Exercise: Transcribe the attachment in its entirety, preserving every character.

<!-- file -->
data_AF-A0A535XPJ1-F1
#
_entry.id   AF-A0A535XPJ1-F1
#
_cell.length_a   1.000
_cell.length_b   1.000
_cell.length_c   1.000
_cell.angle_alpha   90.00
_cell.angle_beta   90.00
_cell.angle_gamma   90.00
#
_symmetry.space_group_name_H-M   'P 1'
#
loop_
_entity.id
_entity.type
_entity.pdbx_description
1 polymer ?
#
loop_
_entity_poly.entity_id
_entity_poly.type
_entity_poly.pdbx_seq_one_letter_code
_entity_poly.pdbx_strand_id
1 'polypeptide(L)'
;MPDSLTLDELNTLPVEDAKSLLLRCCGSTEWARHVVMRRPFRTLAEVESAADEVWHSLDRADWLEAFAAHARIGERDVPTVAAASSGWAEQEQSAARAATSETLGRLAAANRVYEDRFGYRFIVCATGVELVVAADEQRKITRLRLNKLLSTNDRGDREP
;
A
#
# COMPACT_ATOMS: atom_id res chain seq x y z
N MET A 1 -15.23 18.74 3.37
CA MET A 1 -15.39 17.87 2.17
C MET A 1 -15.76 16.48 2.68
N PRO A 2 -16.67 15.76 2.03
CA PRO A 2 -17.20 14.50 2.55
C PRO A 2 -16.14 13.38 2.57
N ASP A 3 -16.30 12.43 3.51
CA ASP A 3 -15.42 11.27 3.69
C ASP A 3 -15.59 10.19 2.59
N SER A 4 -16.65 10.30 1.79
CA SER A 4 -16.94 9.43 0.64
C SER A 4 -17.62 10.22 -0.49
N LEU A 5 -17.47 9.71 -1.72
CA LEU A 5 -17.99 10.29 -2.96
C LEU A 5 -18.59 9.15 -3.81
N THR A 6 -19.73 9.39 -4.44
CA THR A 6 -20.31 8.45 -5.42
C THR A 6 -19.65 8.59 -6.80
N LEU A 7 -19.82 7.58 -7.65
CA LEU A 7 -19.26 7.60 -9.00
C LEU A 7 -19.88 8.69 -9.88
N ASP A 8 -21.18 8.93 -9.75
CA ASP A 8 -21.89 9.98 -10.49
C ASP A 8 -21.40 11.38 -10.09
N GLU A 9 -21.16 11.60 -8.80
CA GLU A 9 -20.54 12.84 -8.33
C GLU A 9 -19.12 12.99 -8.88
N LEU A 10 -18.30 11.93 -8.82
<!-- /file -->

data_AF-A0A535XPJ1-F1
#
_entry.id   AF-A0A535XPJ1-F1
#
_cell.length_a   1.000
_cell.length_b   1.000
_cell.length_c   1.000
_cell.angle_alpha   90.00
_cell.angle_beta   90.00
_cell.angle_gamma   90.00
#
_symmetry.space_group_name_H-M   'P 1'
#
loop_
_entity.id
_entity.type
_entity.pdbx_description
1 polymer ?
#
loop_
_entity_poly.entity_id
_entity_poly.type
_entity_poly.pdbx_seq_one_letter_code
_entity_poly.pdbx_strand_id
1 'polypeptide(L)'
;MPDSLTLDELNTLPVEDAKSLLLRCCGSTEWARHVVMRRPFRTLAEVESAADEVWHSLDRADWLEAFAAHARIGERDVPTVAAASSGWAEQEQSAARAATSETLGRLAAANRVYEDRFGYRFIVCATGVELVVAADEQRKITRLRLNKLLSTNDRGDREP
;
A
#
# COMPACT_ATOMS: atom_id res chain seq x y z
N MET A 1 -15.23 18.74 3.37
CA MET A 1 -15.39 17.87 2.17
C MET A 1 -15.76 16.48 2.68
N PRO A 2 -16.67 15.76 2.03
CA PRO A 2 -17.20 14.50 2.55
C PRO A 2 -16.14 13.38 2.57
N ASP A 3 -16.30 12.43 3.51
CA ASP A 3 -15.42 11.27 3.69
C ASP A 3 -15.59 10.19 2.59
N SER A 4 -16.65 10.30 1.79
CA SER A 4 -16.94 9.43 0.64
C SER A 4 -17.62 10.22 -0.49
N LEU A 5 -17.47 9.71 -1.72
CA LEU A 5 -17.99 10.29 -2.96
C LEU A 5 -18.59 9.15 -3.81
N THR A 6 -19.73 9.39 -4.44
CA THR A 6 -20.31 8.45 -5.42
C THR A 6 -19.65 8.59 -6.80
N LEU A 7 -19.82 7.58 -7.65
CA LEU A 7 -19.26 7.60 -9.00
C LEU A 7 -19.88 8.69 -9.88
N ASP A 8 -21.18 8.93 -9.75
CA ASP A 8 -21.89 9.98 -10.49
C ASP A 8 -21.40 11.38 -10.09
N GLU A 9 -21.16 11.60 -8.80
CA GLU A 9 -20.54 12.84 -8.33
C GLU A 9 -19.12 12.99 -8.88
N LEU A 10 -18.30 11.93 -8.82